One of the key ideas behind Let's Fix Britain is that
we can make things better through the personal, active involvement
of ordinary citizens. This could mean all kinds of things - there
are many ways to contribute - but one of the most powerful is by
becoming a member of one of the various public bodies which administer
With this in mind, I set out to become a member of the Bedfordshire
Police Authority, and this article describes my efforts.
If you're in a hurry, you might want to go straight to my conclusion.
What is a Police Authority?
The Police Authority is a committee of local councillors, magistrates
and independent members who oversee the affairs of the local police
force. Specifically, the authority:
Is responsible for appointing the Chief Constable and the Assistant
Chief Constables and is the disciplinary authority for those ranks
Is dedicated to maintaining an efficient and effective Police
Service for Bedfordshire
Is responsible for consultation with the community to help determine
priorities for future policing
Sets the budget for the Police Service
Sets local objectives and monitors performance against targets
set in consultation with the Chief Constable and the local community
Is responsible for reviewing efficiency and effectiveness through
the five year Best Value Programme
Publishes the Annual Policing Plan, the Performance Plan, an
Annual Report, an Efficiency Plan plus a Budget Document and Statement
Runs the Custody Visiting Scheme
Independent members are appointed through a selection process which
I was subject to.
The authority is there as a safeguard to a healthy society, and
good appointments to the authority are crucial to it's effectiveness.
For example, if the authority is populated by shrinking violets
and yes men, then it cannot be effective. I imagine it's desirable
that an appropriate balance must be struck on ethnic, religious,
and class axes, too - so I was very interested to observe the
process in action.
The Selection Process for Independent
An advertisement was placed in the local free paper, offering an
information session at police headquarters which I attended. At
that meeting, information packs were made available and the authority
head, Adrian Heffernan, gave a presentation on the authority and
I completed my application and sent it off.
On November 28th, a month after the application deadline I had
heard nothing, so I phoned the authority to ask for an update. I
spoke to Bridget Murphy, who told me I had been unsuccessful. She
also said that - in order to save money - the authority had no plans
to contact unsuccessful applicants; I said I felt that was discourteous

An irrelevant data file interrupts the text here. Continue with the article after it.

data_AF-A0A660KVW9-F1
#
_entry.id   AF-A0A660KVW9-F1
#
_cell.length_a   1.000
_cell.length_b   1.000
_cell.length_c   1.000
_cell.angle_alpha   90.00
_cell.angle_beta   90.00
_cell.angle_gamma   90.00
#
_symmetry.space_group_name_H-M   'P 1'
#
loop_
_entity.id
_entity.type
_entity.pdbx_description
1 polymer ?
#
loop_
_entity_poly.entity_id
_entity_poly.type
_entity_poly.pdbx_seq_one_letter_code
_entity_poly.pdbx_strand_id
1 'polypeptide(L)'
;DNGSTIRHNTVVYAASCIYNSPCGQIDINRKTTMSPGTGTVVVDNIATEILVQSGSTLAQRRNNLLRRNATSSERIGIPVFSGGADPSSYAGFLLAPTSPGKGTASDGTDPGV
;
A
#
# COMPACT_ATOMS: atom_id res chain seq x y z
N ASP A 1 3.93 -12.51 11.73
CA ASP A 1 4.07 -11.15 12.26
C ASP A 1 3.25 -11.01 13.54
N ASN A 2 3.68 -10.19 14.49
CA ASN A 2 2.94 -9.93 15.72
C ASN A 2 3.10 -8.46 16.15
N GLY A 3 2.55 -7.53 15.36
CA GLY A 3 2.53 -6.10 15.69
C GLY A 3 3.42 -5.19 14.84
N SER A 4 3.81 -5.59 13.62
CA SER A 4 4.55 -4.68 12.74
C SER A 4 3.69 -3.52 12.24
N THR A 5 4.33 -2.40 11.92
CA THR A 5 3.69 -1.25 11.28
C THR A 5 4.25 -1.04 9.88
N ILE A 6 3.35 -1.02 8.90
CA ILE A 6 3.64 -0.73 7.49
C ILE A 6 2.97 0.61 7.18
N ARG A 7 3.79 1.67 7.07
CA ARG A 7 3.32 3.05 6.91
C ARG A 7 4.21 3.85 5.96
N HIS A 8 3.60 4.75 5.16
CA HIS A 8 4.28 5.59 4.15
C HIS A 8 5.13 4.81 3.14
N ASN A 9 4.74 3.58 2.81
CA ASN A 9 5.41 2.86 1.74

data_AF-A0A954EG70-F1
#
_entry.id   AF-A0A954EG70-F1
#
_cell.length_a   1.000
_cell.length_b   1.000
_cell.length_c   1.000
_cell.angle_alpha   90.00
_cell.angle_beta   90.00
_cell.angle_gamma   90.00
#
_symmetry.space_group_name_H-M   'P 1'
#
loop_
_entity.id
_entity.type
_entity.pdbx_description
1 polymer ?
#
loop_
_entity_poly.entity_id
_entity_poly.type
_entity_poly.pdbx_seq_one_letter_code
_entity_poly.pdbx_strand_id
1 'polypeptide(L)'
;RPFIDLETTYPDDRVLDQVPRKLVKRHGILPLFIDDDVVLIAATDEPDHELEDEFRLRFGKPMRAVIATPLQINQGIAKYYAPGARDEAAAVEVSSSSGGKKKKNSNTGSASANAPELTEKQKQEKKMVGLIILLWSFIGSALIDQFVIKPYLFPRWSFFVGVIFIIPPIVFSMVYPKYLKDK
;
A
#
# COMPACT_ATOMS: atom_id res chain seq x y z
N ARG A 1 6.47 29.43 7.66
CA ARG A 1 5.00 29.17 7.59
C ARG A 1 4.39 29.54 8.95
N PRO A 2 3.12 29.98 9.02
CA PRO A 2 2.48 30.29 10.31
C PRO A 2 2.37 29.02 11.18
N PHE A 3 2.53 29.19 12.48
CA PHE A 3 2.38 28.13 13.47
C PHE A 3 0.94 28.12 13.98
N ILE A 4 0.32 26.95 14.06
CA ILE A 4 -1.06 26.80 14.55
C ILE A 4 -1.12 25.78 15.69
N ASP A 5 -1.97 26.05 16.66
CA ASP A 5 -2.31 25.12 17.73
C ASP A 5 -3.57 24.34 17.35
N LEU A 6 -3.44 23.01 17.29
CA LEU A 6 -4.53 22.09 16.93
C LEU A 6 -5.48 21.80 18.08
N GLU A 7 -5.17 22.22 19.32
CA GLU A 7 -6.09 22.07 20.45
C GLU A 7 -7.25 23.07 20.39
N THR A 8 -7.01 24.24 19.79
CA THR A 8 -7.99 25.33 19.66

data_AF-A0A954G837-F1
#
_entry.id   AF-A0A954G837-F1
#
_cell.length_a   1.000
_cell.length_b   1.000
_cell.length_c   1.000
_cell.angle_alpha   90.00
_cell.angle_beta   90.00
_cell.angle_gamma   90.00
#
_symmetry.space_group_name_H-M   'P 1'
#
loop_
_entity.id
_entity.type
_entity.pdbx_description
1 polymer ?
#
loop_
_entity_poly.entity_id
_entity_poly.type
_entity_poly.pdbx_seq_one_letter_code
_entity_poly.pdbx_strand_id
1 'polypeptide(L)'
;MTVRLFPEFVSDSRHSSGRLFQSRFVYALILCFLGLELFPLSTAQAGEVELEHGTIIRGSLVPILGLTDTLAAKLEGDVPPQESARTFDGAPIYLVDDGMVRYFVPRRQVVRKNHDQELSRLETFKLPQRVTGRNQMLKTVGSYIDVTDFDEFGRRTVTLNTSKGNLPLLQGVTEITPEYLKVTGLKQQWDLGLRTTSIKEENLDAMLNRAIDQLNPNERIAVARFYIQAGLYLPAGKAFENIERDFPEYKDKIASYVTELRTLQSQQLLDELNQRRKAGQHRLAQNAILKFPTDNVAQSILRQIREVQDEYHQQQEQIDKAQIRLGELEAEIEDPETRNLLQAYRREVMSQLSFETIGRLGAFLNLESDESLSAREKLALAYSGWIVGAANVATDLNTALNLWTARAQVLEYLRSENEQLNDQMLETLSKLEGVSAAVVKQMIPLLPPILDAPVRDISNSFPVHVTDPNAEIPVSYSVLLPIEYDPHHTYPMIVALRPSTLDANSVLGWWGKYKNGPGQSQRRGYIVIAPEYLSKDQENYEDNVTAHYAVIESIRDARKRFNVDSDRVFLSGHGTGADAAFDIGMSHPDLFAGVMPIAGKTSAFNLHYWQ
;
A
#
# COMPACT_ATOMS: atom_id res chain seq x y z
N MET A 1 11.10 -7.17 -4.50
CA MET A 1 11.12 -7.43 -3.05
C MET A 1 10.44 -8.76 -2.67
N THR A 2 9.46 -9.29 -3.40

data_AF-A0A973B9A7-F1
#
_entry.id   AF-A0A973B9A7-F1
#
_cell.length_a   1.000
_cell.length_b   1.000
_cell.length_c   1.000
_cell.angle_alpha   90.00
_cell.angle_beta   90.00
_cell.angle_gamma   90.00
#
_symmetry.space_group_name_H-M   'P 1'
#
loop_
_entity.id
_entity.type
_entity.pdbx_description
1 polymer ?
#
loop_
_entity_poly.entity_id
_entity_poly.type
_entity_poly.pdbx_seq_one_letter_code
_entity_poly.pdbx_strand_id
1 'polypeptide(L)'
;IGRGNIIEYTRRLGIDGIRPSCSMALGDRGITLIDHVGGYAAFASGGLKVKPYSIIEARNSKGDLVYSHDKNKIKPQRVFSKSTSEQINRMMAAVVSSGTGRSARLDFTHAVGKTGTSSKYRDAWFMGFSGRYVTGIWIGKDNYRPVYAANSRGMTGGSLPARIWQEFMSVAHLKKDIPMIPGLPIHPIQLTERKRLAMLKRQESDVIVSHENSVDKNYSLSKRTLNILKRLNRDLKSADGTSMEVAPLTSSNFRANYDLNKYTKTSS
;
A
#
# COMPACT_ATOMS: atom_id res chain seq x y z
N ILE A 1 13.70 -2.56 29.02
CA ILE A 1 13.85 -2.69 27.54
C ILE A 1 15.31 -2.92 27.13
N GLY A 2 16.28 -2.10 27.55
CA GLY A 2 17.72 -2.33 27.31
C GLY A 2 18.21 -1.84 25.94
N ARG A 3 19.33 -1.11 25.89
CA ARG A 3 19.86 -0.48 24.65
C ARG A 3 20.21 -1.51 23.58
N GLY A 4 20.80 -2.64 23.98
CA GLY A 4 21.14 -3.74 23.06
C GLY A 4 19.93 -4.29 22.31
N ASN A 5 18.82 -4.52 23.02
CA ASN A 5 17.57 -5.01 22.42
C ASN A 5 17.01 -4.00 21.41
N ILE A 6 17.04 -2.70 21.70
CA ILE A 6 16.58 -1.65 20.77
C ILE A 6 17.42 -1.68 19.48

to people who had bothered to complete a lengthy application form,
and the saving would be small.
Anyway, I asked for feedback on why my application had failed,
so that I could perhaps try again more successfully in future. She
said she would look into the matter.
The following day, November 29th, I received a rejection letter
from Dick Wilkinson who is a clerk at the authority. The only remotely
useful content was this:
When we began the recruitment process in September we did not
realise the overwhelming response we would have. In October more
than 120 people attended the open forums we held and a further
82 contacted the Police Authority for an application pack.
process is now complete and we regret to inform you that you have
not been selected for interview on this occasion.
So, there had been a lot of applicants - but there
was nothing more useful than that for me.
I phoned Bridget, who told me that - following my
feedback, the panel decided they would send out rejection
letters. See - poking your nose in can help out sometimes,
and it's nice to see the authority prepared to re-think and change
in response to feedback.
I asked Bridget "So, can I still expect some
She said "Do you want more feedback
than what there is in the letter?".
Said I "Well, there's
no useful feedback in it".
She said she would put it to
the panel and get back to me.
A few days later, on December 2nd, I received
a letter from Bridget:
I have passed your message on to the Selection Panel and if they
have anything further to add to their letter of 29th November
[the one with no useful information in it] they will write to
This didn't fill me with a warm solid feeling that
the authority was open and accountable and would tenaciously seek
out a send on information about my application, but I'd wait and
On 17th January I received another letter, this time
from John Atkinson, Deputy Clerk, saying:
Your request was referred to the panel, but they have no further
comments to add to their letter of the 29th
November. As stated in that letter, the response to the recruitment
campaign was overwhelming and the Panel were pleased with the
standard of application they received. The Selection Panel have
now concluded their work relating to the selection process and
are therefore no longer sitting. In the circumstances, I cannot